Speaker Mark Guzdial
Affiliation Georgia Institute of Technology
Host John Nordlinger
Date recorded 17 March 2008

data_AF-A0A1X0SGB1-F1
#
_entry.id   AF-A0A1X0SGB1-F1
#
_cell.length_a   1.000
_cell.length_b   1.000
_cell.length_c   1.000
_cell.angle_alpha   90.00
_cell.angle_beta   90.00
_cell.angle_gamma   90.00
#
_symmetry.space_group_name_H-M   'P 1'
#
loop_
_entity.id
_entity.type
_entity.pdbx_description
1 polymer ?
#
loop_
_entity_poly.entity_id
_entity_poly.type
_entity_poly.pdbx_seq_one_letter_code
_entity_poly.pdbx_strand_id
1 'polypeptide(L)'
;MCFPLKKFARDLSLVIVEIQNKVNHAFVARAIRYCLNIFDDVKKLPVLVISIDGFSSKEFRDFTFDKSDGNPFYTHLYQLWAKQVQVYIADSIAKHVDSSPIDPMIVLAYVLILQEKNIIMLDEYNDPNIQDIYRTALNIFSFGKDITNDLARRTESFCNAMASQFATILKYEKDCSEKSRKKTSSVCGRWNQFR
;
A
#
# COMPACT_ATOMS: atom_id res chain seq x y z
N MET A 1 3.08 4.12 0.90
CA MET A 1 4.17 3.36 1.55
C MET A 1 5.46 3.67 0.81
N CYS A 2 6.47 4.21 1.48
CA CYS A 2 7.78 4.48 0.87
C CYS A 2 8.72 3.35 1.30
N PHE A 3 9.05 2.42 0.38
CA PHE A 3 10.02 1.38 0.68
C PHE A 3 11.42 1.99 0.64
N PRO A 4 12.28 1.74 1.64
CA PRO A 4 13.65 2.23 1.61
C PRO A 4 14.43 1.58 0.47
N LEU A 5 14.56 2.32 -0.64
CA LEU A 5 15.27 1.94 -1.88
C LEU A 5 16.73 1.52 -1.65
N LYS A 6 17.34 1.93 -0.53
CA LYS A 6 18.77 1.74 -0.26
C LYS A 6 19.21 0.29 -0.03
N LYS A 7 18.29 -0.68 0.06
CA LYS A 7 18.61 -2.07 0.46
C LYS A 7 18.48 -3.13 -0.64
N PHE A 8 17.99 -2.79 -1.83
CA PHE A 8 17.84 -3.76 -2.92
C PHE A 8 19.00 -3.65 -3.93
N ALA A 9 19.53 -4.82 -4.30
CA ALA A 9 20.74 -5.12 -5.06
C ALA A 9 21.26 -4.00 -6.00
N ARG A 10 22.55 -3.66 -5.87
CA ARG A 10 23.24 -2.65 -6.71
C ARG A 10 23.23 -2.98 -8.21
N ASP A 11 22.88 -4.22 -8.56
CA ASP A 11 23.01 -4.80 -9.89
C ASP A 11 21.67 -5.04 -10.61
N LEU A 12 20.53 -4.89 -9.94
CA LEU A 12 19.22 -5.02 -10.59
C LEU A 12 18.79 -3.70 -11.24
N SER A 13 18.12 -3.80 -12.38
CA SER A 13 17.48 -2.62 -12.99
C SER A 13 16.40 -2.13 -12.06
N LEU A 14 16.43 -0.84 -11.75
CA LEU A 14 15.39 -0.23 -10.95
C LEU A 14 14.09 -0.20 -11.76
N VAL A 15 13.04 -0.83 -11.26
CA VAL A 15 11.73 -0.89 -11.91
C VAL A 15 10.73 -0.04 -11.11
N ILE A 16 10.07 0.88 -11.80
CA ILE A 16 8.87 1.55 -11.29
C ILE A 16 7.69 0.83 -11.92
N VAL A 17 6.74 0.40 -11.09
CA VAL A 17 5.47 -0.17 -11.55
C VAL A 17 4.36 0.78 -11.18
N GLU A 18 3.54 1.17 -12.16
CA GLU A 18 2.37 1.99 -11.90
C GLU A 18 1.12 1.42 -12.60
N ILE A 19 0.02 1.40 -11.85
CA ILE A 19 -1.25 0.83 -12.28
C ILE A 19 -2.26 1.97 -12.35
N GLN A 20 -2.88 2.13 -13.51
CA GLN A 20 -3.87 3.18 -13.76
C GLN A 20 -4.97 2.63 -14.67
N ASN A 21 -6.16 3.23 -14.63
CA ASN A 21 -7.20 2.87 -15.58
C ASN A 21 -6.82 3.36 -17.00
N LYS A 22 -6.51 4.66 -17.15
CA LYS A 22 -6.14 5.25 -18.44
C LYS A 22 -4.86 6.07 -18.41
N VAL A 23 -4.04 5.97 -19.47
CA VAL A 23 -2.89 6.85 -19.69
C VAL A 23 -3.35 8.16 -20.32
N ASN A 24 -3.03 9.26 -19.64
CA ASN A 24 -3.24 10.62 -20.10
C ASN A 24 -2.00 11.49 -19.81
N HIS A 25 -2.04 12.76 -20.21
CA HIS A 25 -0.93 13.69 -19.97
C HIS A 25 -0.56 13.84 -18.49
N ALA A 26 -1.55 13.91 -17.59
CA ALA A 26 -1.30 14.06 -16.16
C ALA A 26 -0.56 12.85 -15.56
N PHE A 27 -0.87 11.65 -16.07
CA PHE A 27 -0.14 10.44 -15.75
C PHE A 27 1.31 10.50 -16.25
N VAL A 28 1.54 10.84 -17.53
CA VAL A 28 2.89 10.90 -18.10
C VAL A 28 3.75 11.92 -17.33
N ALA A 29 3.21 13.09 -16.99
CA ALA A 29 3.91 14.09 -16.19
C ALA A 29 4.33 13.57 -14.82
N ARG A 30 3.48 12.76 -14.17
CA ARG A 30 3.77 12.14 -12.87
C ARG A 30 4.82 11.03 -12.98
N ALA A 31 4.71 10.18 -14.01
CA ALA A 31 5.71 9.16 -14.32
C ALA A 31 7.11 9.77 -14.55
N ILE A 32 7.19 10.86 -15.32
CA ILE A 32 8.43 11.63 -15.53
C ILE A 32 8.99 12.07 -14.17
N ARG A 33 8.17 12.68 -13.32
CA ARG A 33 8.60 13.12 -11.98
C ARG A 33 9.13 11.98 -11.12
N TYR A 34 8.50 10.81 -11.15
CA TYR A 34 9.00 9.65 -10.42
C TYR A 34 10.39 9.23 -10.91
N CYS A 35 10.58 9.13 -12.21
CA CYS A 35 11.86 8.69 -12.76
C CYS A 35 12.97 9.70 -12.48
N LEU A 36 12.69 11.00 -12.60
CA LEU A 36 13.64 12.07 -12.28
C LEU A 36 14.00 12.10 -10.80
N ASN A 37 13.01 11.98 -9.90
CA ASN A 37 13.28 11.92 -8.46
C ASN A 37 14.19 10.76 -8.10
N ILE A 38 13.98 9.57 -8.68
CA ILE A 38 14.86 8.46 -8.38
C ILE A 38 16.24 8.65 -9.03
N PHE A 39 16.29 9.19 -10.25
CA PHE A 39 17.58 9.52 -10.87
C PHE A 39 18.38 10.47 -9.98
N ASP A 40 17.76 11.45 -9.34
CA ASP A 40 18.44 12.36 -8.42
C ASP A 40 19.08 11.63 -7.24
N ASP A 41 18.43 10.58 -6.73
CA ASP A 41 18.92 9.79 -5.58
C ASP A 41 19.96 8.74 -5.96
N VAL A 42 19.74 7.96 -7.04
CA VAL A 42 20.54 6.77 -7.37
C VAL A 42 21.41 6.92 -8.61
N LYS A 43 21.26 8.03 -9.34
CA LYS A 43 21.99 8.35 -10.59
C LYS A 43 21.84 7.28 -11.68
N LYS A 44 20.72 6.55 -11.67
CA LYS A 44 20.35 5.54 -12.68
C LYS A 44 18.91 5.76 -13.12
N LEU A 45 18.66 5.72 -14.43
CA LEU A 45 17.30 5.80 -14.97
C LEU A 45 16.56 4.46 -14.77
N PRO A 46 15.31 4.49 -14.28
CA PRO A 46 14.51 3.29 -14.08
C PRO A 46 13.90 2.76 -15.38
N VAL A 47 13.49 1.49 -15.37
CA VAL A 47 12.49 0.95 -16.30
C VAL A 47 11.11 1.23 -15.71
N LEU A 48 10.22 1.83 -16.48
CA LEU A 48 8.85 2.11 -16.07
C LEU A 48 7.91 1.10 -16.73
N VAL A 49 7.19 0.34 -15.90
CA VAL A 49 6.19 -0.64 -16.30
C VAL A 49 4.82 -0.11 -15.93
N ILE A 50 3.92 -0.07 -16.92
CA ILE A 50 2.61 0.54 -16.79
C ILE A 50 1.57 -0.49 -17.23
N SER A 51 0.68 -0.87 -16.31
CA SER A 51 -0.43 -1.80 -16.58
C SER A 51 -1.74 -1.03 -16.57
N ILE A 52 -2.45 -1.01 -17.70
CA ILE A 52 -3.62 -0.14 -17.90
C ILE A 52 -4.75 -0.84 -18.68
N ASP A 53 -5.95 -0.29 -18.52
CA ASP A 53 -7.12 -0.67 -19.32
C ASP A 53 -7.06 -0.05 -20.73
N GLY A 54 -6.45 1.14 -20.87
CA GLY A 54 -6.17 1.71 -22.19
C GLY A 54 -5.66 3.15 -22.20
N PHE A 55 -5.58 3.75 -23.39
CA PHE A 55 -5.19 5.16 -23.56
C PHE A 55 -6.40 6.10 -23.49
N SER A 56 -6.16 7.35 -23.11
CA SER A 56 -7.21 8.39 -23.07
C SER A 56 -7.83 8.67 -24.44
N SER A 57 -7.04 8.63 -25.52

The manipulation of pixels and samples to create video effects (like chromakey and the Star Trek “Transporter”) and audio effects (like echoes and reversing), that are commonly used in gaming, serves as a successful context for introducing computing. Several research studies have shown that students find the Media Computation approach relevant and motivating. Experience at different institutions, with several hundred students, shows that the approach leads to increased success in first courses. We have used this kind of approach to teach introductory computing to undergraduates, data structures to undergraduates, some high school classes (like CS AP), and to serve as a bridge from environments like Alice into more traditional programming in Java or Python. The approach integrates well with other innovations, such as IPRE’s use of Media Computation primitives to process images from the robot’s camera. This talk will introduce the approach and describe both the introductory and data structures courses, including a description of some of the algorithms that students implement in the course. I will present some of the evaluation data that we have collected over the last five years.
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